Matthew 15:26, 27. (Cp. Mark 7:27-28)
“good.” Read below.
“pet dogs.” The Greek uses kunarion (#2952 κυνάριον), which is the diminutive of “dog.” The NET text note reads, “The diminutive form originally referred to puppies or little dogs, then to house pets.” There are some contexts in which the word simply means “dogs,” but not likely here. This verse is a wonderful example of how one reading the Bible must pay attention to the cultural background involved. Although Jesus was Jewish and most of the time in the Gospels the standards of Jewish culture apply, in this verse the standards of Greek culture apply. It sometimes happened in the Greek and Roman world (although not in the Jewish world except among those who had given up being Kosher and were more apt to follow Roman customs) that “little dogs,” or “house dogs” were kept, and like our house dogs today, sometimes ate under (or beside) the table (Cp. Xenophon, Plato, Theophrastus, Plutarch, others. See Thayer’s lexicon and Liddell and Scott). The word can also refer to “puppies,” (Cp. Liddell and Scott; Vine) but that would probably not be the case here, since the woman was a Syrophoenician and would have been familiar with the Greek custom of having a little house dog that would eat by the table. The reference to the “little dog” is made only in the account of the Syrophoenician woman. There is no other use of kunarion in the Septuagint (Greek OT) or the Greek NT.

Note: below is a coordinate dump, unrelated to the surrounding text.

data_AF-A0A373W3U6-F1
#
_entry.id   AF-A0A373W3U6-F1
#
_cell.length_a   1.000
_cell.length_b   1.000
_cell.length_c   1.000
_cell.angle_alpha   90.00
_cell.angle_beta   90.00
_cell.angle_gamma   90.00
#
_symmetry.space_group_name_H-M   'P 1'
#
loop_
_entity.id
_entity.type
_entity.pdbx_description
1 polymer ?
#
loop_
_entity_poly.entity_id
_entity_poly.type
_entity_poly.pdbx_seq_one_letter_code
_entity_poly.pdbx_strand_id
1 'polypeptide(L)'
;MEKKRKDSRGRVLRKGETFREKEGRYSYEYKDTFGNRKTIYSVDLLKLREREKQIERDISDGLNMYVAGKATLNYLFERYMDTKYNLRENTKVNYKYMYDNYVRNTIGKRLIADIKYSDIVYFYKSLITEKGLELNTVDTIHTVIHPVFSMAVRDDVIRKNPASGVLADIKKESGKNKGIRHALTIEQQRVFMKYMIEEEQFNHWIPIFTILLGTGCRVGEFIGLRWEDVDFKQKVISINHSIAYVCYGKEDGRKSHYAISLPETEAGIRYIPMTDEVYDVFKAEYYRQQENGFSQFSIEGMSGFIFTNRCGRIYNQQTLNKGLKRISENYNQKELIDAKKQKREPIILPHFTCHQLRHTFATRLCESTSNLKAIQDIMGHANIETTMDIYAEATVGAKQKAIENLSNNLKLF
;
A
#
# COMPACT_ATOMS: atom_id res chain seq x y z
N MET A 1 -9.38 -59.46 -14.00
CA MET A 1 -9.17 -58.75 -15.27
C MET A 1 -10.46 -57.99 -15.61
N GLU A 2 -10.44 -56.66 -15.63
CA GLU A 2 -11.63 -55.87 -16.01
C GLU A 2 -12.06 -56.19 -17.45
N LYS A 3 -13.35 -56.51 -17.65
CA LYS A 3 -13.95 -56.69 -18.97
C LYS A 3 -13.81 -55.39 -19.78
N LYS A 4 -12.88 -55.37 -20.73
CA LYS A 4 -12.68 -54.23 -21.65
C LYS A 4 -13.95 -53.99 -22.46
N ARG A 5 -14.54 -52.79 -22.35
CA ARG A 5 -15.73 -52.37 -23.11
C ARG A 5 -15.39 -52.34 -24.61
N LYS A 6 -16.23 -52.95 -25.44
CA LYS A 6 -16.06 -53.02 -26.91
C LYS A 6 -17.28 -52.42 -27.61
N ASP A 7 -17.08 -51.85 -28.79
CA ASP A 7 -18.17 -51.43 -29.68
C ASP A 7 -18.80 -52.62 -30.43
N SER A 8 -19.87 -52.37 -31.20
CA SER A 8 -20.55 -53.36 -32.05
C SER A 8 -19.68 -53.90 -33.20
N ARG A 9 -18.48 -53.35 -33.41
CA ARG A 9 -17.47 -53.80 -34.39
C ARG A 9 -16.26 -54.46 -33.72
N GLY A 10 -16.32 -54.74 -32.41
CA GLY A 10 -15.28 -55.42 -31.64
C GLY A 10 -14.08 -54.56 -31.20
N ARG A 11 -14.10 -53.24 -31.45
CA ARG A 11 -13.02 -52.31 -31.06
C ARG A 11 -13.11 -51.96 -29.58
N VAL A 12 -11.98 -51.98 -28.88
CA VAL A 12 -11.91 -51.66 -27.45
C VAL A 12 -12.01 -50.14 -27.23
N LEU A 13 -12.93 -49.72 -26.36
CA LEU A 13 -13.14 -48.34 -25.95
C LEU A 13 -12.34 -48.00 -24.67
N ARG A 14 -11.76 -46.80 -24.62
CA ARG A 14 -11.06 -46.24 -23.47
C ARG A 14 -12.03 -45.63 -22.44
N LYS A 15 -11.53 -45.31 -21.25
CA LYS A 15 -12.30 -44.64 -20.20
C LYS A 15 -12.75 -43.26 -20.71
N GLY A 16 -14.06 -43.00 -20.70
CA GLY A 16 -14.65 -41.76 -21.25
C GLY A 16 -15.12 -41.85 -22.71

That Jesus would say “pet dogs” is amazing grace. He did not, even by implication, call her a “dog,” which in Greek culture had overtones of shamelessness or audacity in women (cp. Liddell and Scott). Instead, by using the word “little dog,” or “housedog,” he only made a glancing reference that she did not deserve any help (but really, who does?). He opened a door of grace for her, and she walked through it. Also, he said it was not “good,” kalos (#2570 καλός), for the children’s bread to be thrown to the pet dogs. He did not use the word “lawful” (exestin, #1832). Rather, it was not “good” or “proper,” or “a fine thing to do.”